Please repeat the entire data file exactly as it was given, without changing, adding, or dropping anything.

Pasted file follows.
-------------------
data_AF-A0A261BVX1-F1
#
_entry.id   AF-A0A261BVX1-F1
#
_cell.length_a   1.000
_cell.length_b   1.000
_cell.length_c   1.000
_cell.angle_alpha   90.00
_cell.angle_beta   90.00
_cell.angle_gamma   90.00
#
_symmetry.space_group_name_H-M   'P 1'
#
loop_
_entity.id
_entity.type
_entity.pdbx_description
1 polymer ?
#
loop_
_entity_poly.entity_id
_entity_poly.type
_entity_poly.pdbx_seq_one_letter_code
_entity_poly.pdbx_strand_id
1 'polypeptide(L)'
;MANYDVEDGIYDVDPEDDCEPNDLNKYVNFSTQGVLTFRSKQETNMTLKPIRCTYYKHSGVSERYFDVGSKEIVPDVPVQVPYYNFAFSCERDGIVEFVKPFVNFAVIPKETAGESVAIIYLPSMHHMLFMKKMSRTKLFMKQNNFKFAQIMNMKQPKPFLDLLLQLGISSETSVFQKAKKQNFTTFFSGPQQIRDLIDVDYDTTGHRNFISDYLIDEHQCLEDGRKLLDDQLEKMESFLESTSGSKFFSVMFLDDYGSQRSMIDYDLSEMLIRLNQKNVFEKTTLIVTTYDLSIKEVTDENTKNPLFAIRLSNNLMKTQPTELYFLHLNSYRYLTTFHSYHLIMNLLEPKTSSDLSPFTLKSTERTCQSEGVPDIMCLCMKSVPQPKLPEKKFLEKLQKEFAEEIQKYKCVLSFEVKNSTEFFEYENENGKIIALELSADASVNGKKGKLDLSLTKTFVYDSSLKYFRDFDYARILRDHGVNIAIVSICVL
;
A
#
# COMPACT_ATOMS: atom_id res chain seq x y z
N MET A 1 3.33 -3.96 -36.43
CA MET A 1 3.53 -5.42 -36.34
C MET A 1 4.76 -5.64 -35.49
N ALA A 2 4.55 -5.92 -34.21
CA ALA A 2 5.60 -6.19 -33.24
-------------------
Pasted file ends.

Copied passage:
data_AF-A0A261BVX1-F1
#
_entry.id   AF-A0A261BVX1-F1
#
_cell.length_a   1.000
_cell.length_b   1.000
_cell.length_c   1.000
_cell.angle_alpha   90.00
_cell.angle_beta   90.00
_cell.angle_gamma   90.00
#
_symmetry.space_group_name_H-M   'P 1'
#
loop_
_entity.id
_entity.type
_entity.pdbx_description
1 polymer ?
#
loop_
_entity_poly.entity_id
_entity_poly.type
_entity_poly.pdbx_seq_one_letter_code
_entity_poly.pdbx_strand_id
1 'polypeptide(L)'
;MANYDVEDGIYDVDPEDDCEPNDLNKYVNFSTQGVLTFRSKQETNMTLKPIRCTYYKHSGVSERYFDVGSKEIVPDVPVQVPYYNFAFSCERDGIVEFVKPFVNFAVIPKETAGESVAIIYLPSMHHMLFMKKMSRTKLFMKQNNFKFAQIMNMKQPKPFLDLLLQLGISSETSVFQKAKKQNFTTFFSGPQQIRDLIDVDYDTTGHRNFISDYLIDEHQCLEDGRKLLDDQLEKMESFLESTSGSKFFSVMFLDDYGSQRSMIDYDLSEMLIRLNQKNVFEKTTLIVTTYDLSIKEVTDENTKNPLFAIRLSNNLMKTQPTELYFLHLNSYRYLTTFHSYHLIMNLLEPKTSSDLSPFTLKSTERTCQSEGVPDIMCLCMKSVPQPKLPEKKFLEKLQKEFAEEIQKYKCVLSFEVKNSTEFFEYENENGKIIALELSADASVNGKKGKLDLSLTKTFVYDSSLKYFRDFDYARILRDHGVNIAIVSICVL
;
A
#
# COMPACT_ATOMS: atom_id res chain seq x y z
N MET A 1 3.33 -3.96 -36.43
CA MET A 1 3.53 -5.42 -36.34
C MET A 1 4.76 -5.64 -35.49
N ALA A 2 4.55 -5.92 -34.21
CA ALA A 2 5.60 -6.19 -33.24